PT Central Kuta, which has offices all throughout Bali is the most highly recommended and consistently honest money changing business in Bali. Most expats I know will only use PT Central Kuta. Expect slight daily fluctuations in the rupiah conversion rates, but over the past few years, this generally hovers within a few percentage points of 9,100 IDR to the US dollar.
US Currency...bring only new, unfolded crisp bills. Series 1997 $100 notes are not accepted in Bali anywhere, or by anybody. They are highly counterfeited and thus not accepted here. If your cash is to be US, bring only the most recent series notes.
ALWAYS count your money BEFORE leaving the counter of any money changer. Anyone can make an honest miscount error, but for the dishonest money changer, this is what they are counting on...no pun intended.
Try not to refer to your home currency as “real money.” In Bali, Indonesia rupiah is the “real” money.
As a member of the male species, public bathrooms really dont present much of a problem for me in Bali, or in really in any part of the world. But if you are a female, well then this is a whole different story.
When it comes to the restrooms in Hotels and most restaurants in Bali, you can pretty much find suitable facilities. But the farther you ventur into the country, tot he more remote locations, the more harder it is to find a restroom up to your standards.
The picture to the left is typical example of the toilets throughout Bali's country sides, and around temples. This picture is actually of one of the better bathrooms. Unfortunatly i was to discustedby the other ones to take a picture, and didnt think to take one until i got to this one.
I recommend bringing a spare role of tissue paper with you when touring around Bali, becuase at most facilities it is not provided. You would think the donation boxes at the bathrooms would go towards some toilet rolls. Guess not...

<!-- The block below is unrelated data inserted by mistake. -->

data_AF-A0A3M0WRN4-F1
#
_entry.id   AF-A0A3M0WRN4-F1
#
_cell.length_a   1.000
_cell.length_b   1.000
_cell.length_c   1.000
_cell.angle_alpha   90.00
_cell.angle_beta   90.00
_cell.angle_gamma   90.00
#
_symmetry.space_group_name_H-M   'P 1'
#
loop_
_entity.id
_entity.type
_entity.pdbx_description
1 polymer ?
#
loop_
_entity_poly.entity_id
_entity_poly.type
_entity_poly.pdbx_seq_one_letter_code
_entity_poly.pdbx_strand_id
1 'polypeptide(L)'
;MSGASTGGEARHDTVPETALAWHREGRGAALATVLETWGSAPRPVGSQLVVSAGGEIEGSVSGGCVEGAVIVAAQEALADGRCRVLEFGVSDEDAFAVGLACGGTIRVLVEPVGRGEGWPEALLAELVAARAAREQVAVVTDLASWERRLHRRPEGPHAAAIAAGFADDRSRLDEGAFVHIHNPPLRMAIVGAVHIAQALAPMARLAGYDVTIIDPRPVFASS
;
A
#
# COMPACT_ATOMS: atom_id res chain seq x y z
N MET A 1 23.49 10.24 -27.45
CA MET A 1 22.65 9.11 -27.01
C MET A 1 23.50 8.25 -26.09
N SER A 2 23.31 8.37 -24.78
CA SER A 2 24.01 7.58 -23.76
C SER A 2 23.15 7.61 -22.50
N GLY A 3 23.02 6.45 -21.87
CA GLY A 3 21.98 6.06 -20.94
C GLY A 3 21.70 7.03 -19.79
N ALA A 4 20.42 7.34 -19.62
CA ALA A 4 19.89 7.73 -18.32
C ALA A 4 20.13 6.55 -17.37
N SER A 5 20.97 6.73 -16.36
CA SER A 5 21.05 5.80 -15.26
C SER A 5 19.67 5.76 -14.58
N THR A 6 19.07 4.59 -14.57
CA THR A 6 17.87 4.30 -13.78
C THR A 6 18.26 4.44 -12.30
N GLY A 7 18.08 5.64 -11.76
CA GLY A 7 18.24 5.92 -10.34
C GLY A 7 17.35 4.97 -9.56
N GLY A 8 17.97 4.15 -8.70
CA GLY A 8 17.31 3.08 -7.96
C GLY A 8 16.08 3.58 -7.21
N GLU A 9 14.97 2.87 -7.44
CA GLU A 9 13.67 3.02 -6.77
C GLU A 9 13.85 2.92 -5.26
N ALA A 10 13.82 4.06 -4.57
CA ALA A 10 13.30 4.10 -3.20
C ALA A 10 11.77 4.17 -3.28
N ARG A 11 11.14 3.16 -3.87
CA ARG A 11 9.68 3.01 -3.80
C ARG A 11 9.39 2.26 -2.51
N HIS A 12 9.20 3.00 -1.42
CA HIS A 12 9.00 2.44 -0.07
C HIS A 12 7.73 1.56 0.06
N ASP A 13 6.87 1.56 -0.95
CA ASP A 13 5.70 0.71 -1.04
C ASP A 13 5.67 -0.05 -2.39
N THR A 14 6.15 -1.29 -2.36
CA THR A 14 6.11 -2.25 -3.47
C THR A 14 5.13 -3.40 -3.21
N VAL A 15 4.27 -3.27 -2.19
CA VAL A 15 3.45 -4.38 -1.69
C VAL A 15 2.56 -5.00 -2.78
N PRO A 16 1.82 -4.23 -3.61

Also you should know that the sink to the lest of the toilets, and the scooper within it, is to flush the toilets with. Simply scoop a cup full of water once you are finished with your business, and pour it down the toilet. Simply as that. I can also recommend carrying around maybe a small bottle of hand sanitizer, because soap is also not provided at most public toilets.
Anyways, its all part of the adventure, and not so bad. Well if you are a guy...
1. Exchange :
If you change USD or EUR, always count the Rupiah you get in exchange more than once. It is not unusual the employee counts the money upon the desk, hide it for a second or two and when he/she finally hands it over to you, some banknotes are missing.
2. Airport taxe :
When paying at the taxe-desk, do count the banknotes you pay. It happened to us, the lady asked for 100.000 Rupiah missing. Afterwards, she apologized for making a mistake, though we saw clearly she folded a banknote and hided it.
Better be some tanned when you arrive...
The whiter you skin is, the more you are considered as a newbe. Which means, you don't know anything about usual prices of the different goods and you're maybe not good in bargaining. First thing local people ask " when did you arrive" ? and "how long do you stay" ?
In the sacred monkey forest at Ubud, there are many monkeys. My friend sat down in the middle of "monkey highway" (a wall monkeys were using to walk along) to change the memory stick in his digi-cam. A monkey sat down next to him for that perfect photo shot. However, the monkey spotted the memory stick case in my friend's mouth and decided it wanted it! It all turned to custard. Monkey attack!! Seconds after the second blurred photo here, the monkey bit my friend on the arm... nasty monkey. Luckily the camera and memory stick were saved. My friend is still alive and not yet swinging from trees!
Where can I begin? I will keep this brief though: 1. NO hot water in rooms 2128 or 2134 (I had both...more
Jl Abimanyu (Dhyana Pura), Seminyak, Indonesia
Good for: Couples
I have now stayed at Tegal Sari 6 times, my husbad and I discovered it about 8 years ago when...more